Re: Unicode & space in programming & l10n

From: Asmus Freytag (
Date: Thu Sep 21 2006 - 01:13:36 CDT

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    On 9/20/2006 10:01 PM, Doug Ewell wrote:
    > Hans Aberg <haberg at math dot su dot se> wrote:
    >> Relative to that stuff, I suggest to compress the character data, as
    >> represented by the code points, rather any character encoded data.
    >> Typically, a compression method build a binary encoding based on a
    >> statistical analysis of a sequence of data units. So if applied to
    >> the character data, there results a character encoding from such a
    >> compression. Conversely, any character encoding can be viewed as a
    >> compression method with certain statistical properties.
    > Different compression methods work in different ways. Certainly, a
    > compression method that is specifically designed for Unicode text can
    > take advantage of the unique properties of Unicode text, as compared
    > to, say, photographic images.
    > I've often suspected that a Huffman or arithmetic encoder that encoded
    > Unicode code points directly would perform better than a byte-based
    > one working with UTF-8 code units. I haven't done the math to prove
    > it, though.
    You missed attending the very *first* Unicode Implementers Workshop
    where one of the presentations did precisely that kind of math. If you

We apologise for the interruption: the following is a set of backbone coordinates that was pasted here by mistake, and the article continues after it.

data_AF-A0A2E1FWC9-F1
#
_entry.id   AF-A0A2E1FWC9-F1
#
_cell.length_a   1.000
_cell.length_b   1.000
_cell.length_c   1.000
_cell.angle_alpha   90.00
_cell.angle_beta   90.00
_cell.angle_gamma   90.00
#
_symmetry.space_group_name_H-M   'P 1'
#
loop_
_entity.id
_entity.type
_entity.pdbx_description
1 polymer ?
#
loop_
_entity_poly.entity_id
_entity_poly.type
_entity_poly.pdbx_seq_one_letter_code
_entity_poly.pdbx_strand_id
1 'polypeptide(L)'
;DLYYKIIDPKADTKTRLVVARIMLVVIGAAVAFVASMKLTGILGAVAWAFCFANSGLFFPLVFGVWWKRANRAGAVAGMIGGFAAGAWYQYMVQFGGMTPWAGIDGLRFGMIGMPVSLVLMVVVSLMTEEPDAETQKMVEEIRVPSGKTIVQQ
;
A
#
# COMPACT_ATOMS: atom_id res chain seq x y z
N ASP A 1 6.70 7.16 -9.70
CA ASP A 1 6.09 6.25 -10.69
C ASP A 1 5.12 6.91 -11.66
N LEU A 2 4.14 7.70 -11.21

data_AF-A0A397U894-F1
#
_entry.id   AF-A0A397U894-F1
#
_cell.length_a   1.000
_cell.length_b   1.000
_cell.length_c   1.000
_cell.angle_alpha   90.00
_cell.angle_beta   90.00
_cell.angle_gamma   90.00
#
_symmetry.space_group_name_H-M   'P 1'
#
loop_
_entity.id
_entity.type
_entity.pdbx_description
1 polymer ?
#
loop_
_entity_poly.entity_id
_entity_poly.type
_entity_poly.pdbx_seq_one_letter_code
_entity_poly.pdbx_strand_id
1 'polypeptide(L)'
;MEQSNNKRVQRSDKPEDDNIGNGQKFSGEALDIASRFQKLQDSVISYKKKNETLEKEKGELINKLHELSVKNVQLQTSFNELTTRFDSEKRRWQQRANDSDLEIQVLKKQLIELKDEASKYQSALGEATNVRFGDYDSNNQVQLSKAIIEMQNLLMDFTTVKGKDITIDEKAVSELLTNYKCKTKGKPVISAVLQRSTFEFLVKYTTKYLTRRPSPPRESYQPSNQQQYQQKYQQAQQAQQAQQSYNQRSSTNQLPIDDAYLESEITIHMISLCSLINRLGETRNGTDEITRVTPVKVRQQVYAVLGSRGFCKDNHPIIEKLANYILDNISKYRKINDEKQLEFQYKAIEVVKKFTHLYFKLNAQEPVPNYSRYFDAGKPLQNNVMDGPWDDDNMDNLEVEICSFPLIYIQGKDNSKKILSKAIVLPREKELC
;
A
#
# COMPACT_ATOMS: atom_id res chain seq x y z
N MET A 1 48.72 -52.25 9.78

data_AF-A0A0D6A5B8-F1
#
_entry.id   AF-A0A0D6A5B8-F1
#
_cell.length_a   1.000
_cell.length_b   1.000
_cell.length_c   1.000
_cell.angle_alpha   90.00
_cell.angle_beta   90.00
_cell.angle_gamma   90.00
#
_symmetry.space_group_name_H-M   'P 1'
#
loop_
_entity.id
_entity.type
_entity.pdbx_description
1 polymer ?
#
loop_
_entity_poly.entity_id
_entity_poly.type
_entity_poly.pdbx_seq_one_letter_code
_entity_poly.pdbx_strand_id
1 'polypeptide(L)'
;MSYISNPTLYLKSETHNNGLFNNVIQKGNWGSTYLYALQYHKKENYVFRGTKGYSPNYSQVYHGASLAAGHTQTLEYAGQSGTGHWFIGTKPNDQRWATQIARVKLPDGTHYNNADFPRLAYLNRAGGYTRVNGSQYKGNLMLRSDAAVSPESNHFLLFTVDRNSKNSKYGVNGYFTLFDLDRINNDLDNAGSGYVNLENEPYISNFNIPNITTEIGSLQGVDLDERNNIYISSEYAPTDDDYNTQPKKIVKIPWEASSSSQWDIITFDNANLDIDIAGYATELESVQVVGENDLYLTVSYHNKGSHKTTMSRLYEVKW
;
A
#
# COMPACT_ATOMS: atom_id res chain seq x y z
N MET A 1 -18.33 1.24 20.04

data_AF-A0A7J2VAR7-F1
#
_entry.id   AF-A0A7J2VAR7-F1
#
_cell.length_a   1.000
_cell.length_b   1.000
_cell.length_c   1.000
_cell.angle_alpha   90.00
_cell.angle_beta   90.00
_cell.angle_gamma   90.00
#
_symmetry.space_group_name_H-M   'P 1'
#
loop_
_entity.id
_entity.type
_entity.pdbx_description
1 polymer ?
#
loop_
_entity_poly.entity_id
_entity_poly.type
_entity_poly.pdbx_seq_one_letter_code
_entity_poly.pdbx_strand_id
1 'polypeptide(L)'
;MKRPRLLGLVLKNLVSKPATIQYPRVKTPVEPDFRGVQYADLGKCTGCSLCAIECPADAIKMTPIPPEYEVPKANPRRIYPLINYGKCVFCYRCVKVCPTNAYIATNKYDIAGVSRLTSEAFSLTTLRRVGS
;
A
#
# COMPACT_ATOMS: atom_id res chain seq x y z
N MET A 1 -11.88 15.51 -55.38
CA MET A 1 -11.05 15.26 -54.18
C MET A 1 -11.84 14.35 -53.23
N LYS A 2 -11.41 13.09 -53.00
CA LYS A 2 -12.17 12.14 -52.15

assume a large alphabet, then your compression gets worse, even if the
    actual number of elements are few. SCSU and similar algorithms reduce
    the effective alphabet to +-127, which is much less than 0x10FFFF+1.

    There is information in *where* in a large alphabet your subset resides.
    If you don't model that well, or use a scheme that happens to model this
    situation well, you pay a price of a few fractional bits per character -
    almost 1 if you use an 8-bit Huffman on 16-bit character data.
    >> When compressing character encoded data, one first translates it into
    >> character data, and compresses that. So it does then not matter which
    >> character encoding originally is used in the input, as the character
    >> data will be the same: the final compression need only to include the
    >> additional information about what was the original character encoding
    >> to restore data.
    > Actually, it does matter for some compression methods, such as the
    > well-known LZW. Burrows-Wheeler is fairly unusual in this regard.
    > --
    > Doug Ewell
    > Fullerton, California, USA
    > RFC 4645 * UTN #14

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